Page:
Of all the animals relied upon for Australia’s economy, none mattered more than horses. Horses were the source of transport, labour and power for all industries and yet it was not until 1908 that the first courses in veterinary science were introduced to universities. When they were introduced, horses were naturally their primary focus, with far less attention paid to dogs and cats than is the case in the present. As the motor car replaced horses, the need for knowledge shifted again and so did the university. This is a pattern throughout the history of universities: any claim that universities are or have ever been ‘ossified’ institutions that prefer to avoid change is a gross misreading of their history. Those old-looking buildings and medieval outfits are just a disguise. Universities use the trappings of an unchanging tradition to maintain their gravitas, but in fact Australian universities adapted and changed remarkably quickly, throughout their history.
The discovery of gold by the 1850s and 1860s marked the beginning of what Geoffrey Blainey described as ‘the rush that never ended’. Nevertheless, although the University of Melbourne attempted to instate mining-related courses from the 1850s, it was not until 1891 that University of Sydney scientist Edgeworth David argued:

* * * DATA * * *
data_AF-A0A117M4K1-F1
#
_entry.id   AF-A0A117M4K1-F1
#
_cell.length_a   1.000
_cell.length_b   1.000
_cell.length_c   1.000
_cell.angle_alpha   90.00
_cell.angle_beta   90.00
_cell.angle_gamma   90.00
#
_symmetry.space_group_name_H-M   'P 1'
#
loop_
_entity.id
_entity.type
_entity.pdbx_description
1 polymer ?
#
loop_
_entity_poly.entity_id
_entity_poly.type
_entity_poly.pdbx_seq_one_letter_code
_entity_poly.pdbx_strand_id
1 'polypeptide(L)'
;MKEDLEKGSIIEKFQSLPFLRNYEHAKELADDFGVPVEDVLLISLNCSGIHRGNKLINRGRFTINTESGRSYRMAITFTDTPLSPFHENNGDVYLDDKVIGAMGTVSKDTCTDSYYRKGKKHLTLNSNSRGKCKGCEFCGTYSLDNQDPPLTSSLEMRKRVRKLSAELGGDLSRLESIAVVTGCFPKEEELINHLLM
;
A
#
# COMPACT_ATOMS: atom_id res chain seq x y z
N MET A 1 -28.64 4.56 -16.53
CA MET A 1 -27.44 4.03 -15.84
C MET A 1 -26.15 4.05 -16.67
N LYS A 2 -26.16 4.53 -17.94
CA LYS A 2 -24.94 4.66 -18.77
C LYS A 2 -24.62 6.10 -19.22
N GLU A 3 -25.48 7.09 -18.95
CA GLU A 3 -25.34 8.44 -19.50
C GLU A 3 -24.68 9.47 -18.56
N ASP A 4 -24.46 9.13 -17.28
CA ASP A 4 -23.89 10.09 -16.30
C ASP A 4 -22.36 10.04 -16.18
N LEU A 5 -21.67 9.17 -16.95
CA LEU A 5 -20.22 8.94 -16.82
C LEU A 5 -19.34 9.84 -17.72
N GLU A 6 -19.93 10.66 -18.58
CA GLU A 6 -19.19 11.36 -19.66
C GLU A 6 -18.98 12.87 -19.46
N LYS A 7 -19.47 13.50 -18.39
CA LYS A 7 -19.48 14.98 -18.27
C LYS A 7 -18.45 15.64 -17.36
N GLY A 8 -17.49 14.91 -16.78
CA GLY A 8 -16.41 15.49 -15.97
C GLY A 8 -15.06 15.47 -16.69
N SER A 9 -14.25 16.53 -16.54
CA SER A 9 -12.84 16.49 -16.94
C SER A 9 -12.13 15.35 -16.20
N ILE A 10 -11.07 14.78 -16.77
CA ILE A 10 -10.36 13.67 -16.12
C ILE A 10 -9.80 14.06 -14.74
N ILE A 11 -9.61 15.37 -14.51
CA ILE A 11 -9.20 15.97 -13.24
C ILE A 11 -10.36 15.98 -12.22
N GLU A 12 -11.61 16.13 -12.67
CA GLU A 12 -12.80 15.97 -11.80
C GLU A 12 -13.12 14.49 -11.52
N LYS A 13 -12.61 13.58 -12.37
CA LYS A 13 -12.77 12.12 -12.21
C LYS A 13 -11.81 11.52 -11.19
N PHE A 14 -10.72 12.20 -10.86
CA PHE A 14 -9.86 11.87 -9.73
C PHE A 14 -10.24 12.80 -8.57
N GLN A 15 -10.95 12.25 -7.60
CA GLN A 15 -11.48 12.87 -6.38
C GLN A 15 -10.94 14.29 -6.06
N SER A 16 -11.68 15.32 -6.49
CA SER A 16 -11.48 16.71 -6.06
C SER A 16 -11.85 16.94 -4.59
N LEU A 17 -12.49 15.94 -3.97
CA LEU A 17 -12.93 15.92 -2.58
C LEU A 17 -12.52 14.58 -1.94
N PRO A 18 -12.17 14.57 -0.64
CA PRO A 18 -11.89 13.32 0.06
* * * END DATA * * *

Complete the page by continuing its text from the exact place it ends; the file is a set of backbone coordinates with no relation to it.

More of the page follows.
In a country like this where mining is of such importance it would appear almost obligatory on the part of the University to have students in the highest branches of Mining, as is the practice at the leading German and American Universities.David needed to point to the German and American universities in order to derive some sort of tradition for university knowledge in the field of mining. Universities struggled, in fact, to gain much a foothold in these industries responsible for Australian prosperity. Mining needed knowledge and in fact needed quite a lot of it. Gold was pretty readily identifiable, but metallurgical experts were needed to verify other kinds of minerals, such as the copper, silver and tin that were also significant exports. More complex applied science was often needed to extract minerals from other kinds of minerals and to refine them to the point of being useful. Mining techniques that improved the efficiency or safety of mining were also sought-after and yet universities, for their first hundred years, could barely compete with the Schools of Mines established in every major centre for mining. Institutions for tertiary education still stand where they were built, in mining towns like Ballarat and Broken Hill.
But by what authority did universities exist in colonial Australia? Old ideas about civilisation and self-government only carried them so far; universities needed to hook into the values and structures of the colonies. They needed to do this, not only to prove their usefulness, but also to retain and improve their links into colonial power. Mining and agriculture were important industries to become connected to. What value was the university’s authority over knowledge if it was not also the knowledge that was of value to society?
--- This is a segment of my first draft of Chapter 1: Ideas of the the University in Australia, from the book I am writing Knowing Australia: a history of the modern university, for UNSW Press. ----